Thursday supply was down, and prices rallied relative to Treasury securities – the “benchmark” for fixed-income securities. But investors were keen to note that the New York Federal Reserve Bank sold $68 million from two pools: FNMA A1010 (4%) and FNMA A3613 (3.5%), 7-9yr WALAs. So we know they can do it mechanically if the Fed decides to lighten their trillions in MBS holdings.
The markets today were intent on the jobs data. Prior to the data Treasuries were up (and rates down) as investors speculated that economic weakness overseas outweighs any strength in the U.S. jobs market. Employers were expected to have added 240k workers in December following a 321k increase in November. Meanwhile, the unemployment rate was expected to fall to 5.7% – the lowest rate since 2008. What actually happened was that Nonfarm Payrolls were 252k, November was revised higher, the Unemployment Rate hit 5.6% (the lowest since 2008), and Hourly Earnings were down. We will see plenty of slicing and dicing of the stats, but for numbers Thursday the 10-yr closed with a yield of 2.02%, prior to the employment numbers we were 2.00%, and soon afterward we’re at 1.99% and agency MBS prices are better by .125-.250.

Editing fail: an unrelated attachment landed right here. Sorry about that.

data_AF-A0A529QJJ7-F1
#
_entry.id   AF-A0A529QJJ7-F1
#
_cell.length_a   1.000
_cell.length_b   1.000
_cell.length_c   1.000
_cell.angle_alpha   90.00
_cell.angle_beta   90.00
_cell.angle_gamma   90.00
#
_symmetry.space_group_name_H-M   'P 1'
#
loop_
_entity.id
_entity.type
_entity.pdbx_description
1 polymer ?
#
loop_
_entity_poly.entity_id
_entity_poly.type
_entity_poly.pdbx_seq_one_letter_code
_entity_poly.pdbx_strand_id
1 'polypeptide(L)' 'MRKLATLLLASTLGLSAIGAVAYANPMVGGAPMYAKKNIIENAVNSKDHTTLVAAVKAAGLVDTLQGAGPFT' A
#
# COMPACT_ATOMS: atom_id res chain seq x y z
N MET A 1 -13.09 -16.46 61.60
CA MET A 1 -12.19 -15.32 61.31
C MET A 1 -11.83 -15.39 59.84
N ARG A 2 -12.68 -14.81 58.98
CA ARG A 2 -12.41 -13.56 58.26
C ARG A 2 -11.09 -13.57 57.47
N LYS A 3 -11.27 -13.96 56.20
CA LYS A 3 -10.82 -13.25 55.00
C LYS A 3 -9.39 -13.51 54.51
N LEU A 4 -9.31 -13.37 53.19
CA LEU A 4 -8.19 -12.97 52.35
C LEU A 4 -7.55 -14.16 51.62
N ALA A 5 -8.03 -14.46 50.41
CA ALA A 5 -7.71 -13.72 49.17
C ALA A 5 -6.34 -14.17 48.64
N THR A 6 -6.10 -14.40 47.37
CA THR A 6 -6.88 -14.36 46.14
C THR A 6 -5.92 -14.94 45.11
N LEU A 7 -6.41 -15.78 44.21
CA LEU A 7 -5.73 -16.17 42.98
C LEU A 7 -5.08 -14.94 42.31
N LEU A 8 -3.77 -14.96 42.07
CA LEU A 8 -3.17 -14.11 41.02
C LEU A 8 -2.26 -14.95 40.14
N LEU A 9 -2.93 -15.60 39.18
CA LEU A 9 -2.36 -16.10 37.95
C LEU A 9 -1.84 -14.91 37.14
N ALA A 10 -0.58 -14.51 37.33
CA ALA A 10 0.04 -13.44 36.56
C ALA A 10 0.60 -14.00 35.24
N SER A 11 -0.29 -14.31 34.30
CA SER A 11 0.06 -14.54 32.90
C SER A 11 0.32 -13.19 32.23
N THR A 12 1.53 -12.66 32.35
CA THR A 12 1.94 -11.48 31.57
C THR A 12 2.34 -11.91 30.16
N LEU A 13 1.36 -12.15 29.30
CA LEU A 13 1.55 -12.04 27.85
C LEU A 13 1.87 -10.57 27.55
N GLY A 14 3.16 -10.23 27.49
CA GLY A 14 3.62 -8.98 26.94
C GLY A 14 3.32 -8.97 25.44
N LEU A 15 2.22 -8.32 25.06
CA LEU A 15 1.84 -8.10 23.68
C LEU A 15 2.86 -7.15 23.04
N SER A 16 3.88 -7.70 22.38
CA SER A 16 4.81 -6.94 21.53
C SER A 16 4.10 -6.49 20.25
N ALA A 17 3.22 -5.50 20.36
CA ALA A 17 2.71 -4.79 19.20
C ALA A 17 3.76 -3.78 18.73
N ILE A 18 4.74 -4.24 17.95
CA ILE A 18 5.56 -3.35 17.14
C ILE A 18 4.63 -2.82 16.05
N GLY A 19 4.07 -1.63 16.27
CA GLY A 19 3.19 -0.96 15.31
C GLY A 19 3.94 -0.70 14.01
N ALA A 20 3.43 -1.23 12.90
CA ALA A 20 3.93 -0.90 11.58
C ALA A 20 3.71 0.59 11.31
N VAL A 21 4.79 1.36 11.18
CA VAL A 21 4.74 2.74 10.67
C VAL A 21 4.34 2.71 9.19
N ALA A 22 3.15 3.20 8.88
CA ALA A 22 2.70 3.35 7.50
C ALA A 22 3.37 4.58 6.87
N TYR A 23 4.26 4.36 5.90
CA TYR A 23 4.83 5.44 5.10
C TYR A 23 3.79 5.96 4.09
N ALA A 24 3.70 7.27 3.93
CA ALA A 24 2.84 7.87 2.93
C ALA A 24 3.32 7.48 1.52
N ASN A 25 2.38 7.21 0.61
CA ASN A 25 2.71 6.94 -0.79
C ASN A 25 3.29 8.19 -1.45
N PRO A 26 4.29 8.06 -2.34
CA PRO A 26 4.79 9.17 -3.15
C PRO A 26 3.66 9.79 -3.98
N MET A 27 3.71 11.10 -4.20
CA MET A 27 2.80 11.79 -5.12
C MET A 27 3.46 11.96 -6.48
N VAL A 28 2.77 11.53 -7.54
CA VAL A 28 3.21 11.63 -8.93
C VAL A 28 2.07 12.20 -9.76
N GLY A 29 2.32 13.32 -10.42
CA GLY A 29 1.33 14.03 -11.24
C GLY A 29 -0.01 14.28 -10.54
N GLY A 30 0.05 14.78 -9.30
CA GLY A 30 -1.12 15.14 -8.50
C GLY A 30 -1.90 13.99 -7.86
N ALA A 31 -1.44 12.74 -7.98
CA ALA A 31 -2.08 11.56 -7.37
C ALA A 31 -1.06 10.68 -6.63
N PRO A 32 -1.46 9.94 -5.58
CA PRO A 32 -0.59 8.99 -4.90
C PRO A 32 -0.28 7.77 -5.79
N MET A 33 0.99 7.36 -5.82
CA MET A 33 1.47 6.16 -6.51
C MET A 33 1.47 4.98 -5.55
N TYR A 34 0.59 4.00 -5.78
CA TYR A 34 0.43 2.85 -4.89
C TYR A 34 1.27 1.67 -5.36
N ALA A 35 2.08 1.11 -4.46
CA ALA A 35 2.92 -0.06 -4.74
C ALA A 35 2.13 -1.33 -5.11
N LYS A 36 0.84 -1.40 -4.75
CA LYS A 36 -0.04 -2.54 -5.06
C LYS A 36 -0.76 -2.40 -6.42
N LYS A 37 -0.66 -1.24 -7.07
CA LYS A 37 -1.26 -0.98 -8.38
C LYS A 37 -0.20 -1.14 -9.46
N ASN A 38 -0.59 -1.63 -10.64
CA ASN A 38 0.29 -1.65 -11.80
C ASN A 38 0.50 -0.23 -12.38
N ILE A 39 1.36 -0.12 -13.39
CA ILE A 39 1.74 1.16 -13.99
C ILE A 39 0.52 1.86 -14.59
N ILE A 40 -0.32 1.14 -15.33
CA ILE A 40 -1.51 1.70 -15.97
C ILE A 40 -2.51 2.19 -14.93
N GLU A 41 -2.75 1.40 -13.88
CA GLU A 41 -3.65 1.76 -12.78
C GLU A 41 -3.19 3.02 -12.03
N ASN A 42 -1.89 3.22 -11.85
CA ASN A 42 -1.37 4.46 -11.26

In Boston, finding a woman sobbing that she had locked her keys in her car in the freezing weather, a passing soldier assures her that he can help.
She looks on amazed as he removes his trousers, rolls them into a tight ball and rubs them against the car door.
Magically it opens…….
“That’s so clever,” the woman gasps. “How did you do it?”
“Easy,” replies the man. “These are my khakis”.
(Say it out loud.)
(Copyright 2015 Chrisman LLC. All rights reserved. Occasional paid job listings do appear. This report or any portion hereof may not be reprinted, sold or redistributed without the written consent of Rob Chrisman.)